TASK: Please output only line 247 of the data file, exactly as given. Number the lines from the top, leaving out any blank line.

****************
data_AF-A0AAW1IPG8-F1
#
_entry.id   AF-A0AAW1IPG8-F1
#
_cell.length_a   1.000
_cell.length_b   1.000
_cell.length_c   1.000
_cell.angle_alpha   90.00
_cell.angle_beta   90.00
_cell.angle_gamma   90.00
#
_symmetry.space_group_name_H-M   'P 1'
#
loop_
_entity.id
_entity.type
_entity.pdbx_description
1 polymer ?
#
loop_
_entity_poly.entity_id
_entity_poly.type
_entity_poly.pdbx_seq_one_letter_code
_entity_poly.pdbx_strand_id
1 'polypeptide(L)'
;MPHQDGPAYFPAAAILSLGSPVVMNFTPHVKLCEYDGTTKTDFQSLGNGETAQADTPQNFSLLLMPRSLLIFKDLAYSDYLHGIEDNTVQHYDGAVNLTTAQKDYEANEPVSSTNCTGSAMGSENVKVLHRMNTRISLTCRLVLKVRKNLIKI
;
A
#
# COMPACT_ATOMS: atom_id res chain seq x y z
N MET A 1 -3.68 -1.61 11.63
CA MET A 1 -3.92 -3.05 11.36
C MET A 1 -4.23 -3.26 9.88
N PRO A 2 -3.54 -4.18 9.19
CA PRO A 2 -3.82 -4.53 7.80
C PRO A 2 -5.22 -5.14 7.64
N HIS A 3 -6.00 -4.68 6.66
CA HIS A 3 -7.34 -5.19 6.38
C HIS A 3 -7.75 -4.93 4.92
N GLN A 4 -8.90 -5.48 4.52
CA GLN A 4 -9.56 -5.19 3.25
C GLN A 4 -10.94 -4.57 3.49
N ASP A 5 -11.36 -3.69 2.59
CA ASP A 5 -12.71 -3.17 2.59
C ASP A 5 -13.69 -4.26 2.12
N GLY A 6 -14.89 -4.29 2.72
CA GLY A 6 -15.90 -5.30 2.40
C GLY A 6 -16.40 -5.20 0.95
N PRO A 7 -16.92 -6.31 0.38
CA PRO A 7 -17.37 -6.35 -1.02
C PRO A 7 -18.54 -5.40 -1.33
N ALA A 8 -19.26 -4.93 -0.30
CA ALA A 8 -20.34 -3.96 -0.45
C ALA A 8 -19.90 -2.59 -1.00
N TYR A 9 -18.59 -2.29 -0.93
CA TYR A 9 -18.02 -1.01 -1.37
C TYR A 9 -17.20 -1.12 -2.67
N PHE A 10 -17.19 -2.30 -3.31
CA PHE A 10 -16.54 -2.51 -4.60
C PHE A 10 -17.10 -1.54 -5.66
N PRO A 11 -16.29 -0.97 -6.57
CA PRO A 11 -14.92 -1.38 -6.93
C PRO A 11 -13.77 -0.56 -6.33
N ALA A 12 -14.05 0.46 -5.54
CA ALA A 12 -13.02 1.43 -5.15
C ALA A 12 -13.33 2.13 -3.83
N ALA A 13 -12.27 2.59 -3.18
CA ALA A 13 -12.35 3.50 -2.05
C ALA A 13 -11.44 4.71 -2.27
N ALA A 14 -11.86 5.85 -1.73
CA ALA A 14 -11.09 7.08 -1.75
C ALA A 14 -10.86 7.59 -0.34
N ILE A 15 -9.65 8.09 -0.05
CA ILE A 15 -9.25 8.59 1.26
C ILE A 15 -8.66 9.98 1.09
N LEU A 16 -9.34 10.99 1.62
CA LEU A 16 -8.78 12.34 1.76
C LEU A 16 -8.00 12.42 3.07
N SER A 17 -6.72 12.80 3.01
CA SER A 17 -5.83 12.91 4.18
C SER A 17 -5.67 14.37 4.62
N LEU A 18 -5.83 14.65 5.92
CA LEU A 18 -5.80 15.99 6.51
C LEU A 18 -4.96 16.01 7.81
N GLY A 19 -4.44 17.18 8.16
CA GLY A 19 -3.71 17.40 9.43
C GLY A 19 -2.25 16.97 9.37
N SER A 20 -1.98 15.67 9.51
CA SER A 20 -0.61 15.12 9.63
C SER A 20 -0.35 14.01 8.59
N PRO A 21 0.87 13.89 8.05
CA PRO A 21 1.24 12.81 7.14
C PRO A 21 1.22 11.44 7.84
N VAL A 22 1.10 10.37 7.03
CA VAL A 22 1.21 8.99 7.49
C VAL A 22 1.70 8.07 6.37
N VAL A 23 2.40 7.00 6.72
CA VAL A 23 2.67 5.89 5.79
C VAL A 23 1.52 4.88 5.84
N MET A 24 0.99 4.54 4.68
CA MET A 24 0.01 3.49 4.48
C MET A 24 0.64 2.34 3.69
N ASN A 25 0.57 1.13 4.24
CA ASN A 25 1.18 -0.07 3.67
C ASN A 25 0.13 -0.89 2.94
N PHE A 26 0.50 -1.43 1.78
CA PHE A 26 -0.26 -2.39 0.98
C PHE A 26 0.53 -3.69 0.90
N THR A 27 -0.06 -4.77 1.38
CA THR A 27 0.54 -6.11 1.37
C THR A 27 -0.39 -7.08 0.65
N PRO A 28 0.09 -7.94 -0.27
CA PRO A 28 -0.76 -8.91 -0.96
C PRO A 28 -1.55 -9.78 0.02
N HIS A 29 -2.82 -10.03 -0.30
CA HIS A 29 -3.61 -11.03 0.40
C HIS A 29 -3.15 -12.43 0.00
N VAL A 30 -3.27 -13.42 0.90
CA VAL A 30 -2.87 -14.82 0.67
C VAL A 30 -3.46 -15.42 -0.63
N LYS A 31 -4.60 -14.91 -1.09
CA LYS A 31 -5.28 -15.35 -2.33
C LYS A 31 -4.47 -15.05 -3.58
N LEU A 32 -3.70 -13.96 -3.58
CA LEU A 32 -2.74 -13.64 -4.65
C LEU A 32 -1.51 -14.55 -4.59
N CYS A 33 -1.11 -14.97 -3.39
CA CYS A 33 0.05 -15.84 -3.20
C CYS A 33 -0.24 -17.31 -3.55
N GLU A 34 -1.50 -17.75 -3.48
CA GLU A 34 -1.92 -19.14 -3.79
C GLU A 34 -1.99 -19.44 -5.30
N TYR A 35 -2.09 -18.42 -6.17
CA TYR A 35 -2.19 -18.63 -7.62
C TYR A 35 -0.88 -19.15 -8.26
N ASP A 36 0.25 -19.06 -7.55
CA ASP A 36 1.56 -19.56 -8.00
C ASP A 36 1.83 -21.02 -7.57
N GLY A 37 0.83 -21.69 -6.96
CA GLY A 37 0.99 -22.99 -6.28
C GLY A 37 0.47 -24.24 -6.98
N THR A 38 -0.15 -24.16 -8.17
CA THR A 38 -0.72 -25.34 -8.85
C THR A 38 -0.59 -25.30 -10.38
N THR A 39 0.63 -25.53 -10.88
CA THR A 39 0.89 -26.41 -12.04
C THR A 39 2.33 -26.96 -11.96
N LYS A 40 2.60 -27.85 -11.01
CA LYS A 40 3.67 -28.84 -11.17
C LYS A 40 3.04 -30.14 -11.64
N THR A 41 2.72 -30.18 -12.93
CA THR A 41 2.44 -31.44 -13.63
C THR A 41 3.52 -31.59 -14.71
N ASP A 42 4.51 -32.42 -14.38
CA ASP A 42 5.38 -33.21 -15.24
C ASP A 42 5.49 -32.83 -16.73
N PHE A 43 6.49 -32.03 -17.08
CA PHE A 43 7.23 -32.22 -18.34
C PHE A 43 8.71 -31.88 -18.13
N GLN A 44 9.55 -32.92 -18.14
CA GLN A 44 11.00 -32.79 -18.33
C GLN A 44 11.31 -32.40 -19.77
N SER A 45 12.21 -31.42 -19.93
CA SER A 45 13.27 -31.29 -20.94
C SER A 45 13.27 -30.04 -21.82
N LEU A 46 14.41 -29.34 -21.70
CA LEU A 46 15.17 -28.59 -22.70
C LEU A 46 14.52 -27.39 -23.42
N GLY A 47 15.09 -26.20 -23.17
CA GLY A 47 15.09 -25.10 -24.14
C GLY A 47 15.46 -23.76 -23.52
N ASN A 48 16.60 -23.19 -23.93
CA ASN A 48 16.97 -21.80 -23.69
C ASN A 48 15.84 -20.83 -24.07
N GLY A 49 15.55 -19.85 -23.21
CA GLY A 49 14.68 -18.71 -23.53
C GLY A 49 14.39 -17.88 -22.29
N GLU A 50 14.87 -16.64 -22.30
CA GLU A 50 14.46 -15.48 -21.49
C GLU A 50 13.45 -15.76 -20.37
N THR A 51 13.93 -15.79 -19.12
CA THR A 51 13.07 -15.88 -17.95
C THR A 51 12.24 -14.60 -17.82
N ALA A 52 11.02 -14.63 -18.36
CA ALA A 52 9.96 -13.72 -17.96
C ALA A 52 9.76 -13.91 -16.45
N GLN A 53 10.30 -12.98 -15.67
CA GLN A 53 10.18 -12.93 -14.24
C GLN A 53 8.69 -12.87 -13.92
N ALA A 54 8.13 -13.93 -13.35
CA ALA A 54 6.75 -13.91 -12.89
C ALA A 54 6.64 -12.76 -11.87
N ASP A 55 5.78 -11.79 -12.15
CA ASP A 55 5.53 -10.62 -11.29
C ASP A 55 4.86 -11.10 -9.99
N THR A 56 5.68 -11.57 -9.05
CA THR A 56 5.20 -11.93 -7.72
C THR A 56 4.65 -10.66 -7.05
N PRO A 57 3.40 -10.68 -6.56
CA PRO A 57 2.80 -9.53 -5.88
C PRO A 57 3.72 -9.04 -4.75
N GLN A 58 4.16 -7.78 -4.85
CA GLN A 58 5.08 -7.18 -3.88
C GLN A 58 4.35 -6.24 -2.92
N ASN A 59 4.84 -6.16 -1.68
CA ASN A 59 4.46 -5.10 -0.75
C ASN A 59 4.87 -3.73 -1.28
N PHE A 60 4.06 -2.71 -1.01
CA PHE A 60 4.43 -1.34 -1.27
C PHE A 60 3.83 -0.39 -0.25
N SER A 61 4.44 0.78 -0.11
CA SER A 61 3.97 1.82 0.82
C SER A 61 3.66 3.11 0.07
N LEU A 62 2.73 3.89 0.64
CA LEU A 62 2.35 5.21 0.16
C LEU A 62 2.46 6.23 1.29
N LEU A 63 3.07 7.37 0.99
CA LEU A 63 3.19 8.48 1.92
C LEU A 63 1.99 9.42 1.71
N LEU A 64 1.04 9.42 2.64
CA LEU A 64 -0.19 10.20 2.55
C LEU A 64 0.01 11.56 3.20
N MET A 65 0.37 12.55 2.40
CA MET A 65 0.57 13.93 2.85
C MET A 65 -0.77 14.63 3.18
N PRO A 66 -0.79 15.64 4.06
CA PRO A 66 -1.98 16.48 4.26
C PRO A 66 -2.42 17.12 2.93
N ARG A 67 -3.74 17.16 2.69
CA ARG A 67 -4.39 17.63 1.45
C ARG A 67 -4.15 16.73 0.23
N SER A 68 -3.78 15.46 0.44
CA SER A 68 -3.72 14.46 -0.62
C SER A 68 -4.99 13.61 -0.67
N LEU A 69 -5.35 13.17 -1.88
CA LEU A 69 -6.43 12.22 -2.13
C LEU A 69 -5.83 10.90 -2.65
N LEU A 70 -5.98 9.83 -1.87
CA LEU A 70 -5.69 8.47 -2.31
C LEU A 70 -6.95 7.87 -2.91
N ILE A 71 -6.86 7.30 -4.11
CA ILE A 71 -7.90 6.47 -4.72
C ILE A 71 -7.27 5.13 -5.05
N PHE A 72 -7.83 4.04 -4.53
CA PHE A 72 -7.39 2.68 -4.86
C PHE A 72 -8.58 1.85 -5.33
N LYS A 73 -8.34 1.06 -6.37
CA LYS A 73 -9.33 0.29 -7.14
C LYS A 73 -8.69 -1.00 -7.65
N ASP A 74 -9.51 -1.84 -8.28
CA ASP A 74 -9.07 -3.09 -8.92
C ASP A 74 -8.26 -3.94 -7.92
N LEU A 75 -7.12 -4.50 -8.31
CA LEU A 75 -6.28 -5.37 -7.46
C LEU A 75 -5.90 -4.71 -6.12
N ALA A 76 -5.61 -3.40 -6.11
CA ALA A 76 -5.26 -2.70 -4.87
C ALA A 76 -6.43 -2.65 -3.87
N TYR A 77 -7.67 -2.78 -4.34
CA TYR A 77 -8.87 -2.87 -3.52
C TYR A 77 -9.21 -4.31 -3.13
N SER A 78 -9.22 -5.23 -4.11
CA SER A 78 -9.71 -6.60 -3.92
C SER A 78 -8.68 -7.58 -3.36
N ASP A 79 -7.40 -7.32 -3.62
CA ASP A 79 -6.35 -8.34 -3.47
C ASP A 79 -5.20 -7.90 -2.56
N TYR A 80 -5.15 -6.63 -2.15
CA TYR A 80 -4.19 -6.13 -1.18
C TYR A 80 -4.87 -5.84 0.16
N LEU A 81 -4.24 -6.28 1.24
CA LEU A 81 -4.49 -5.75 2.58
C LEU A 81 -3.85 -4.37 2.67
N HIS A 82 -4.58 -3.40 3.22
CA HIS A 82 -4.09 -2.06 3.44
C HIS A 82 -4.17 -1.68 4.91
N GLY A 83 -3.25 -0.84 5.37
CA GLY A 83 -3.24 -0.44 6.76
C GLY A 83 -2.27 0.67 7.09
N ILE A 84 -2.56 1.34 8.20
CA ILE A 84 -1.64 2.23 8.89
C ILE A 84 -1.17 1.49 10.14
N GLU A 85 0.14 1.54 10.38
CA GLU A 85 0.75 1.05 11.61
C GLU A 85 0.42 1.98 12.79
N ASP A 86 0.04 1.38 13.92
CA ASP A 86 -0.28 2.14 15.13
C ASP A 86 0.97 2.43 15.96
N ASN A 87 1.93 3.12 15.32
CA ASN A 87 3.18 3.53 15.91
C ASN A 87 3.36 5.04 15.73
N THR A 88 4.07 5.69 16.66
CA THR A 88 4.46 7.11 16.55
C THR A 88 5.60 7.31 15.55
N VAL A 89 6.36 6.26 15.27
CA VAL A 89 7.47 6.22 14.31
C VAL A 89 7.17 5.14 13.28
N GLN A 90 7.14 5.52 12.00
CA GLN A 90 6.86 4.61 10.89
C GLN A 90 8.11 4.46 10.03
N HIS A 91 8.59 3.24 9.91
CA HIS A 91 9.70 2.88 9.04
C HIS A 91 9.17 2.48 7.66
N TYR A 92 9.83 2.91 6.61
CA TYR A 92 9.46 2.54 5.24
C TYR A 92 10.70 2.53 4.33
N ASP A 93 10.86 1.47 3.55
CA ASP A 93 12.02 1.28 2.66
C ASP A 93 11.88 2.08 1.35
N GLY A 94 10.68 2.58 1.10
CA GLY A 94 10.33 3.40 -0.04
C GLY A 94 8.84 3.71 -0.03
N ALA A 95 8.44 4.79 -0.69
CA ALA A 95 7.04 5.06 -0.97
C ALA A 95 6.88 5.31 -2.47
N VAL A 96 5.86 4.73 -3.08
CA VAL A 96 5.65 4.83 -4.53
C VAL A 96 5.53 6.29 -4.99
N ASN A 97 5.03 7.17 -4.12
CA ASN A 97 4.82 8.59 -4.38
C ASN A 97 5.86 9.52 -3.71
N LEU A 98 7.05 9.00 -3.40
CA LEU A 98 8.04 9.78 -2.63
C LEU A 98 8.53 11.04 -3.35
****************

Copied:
N LYS A 73 -8.34 1.06 -6.37